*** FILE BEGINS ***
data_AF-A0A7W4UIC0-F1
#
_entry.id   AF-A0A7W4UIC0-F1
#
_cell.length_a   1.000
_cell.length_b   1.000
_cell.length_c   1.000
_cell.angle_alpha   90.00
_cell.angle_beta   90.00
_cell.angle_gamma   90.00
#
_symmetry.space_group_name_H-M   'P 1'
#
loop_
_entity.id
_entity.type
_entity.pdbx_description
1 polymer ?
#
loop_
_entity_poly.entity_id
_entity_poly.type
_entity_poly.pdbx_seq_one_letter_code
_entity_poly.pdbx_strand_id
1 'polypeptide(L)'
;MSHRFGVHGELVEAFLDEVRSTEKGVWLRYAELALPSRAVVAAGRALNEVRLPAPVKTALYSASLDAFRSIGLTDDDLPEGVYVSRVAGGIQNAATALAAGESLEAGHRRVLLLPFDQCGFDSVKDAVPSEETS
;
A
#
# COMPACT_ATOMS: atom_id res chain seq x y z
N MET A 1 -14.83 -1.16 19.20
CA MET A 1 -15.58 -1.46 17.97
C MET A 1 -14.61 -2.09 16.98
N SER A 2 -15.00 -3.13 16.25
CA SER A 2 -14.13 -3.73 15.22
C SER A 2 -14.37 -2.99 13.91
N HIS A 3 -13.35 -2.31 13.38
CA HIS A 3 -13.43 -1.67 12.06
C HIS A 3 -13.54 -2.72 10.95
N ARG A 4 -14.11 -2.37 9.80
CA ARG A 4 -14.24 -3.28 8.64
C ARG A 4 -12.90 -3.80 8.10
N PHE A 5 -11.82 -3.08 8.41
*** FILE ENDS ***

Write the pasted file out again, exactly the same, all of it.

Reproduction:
data_AF-A0A7W4UIC0-F1
#
_entry.id   AF-A0A7W4UIC0-F1
#
_cell.length_a   1.000
_cell.length_b   1.000
_cell.length_c   1.000
_cell.angle_alpha   90.00
_cell.angle_beta   90.00
_cell.angle_gamma   90.00
#
_symmetry.space_group_name_H-M   'P 1'
#
loop_
_entity.id
_entity.type
_entity.pdbx_description
1 polymer ?
#
loop_
_entity_poly.entity_id
_entity_poly.type
_entity_poly.pdbx_seq_one_letter_code
_entity_poly.pdbx_strand_id
1 'polypeptide(L)'
;MSHRFGVHGELVEAFLDEVRSTEKGVWLRYAELALPSRAVVAAGRALNEVRLPAPVKTALYSASLDAFRSIGLTDDDLPEGVYVSRVAGGIQNAATALAAGESLEAGHRRVLLLPFDQCGFDSVKDAVPSEETS
;
A
#
# COMPACT_ATOMS: atom_id res chain seq x y z
N MET A 1 -14.83 -1.16 19.20
CA MET A 1 -15.58 -1.46 17.97
C MET A 1 -14.61 -2.09 16.98
N SER A 2 -15.00 -3.13 16.25
CA SER A 2 -14.13 -3.73 15.22
C SER A 2 -14.37 -2.99 13.91
N HIS A 3 -13.35 -2.31 13.38
CA HIS A 3 -13.43 -1.67 12.06
C HIS A 3 -13.54 -2.72 10.95
N ARG A 4 -14.11 -2.37 9.80
CA ARG A 4 -14.24 -3.28 8.64
C ARG A 4 -12.90 -3.80 8.10
N PHE A 5 -11.82 -3.08 8.41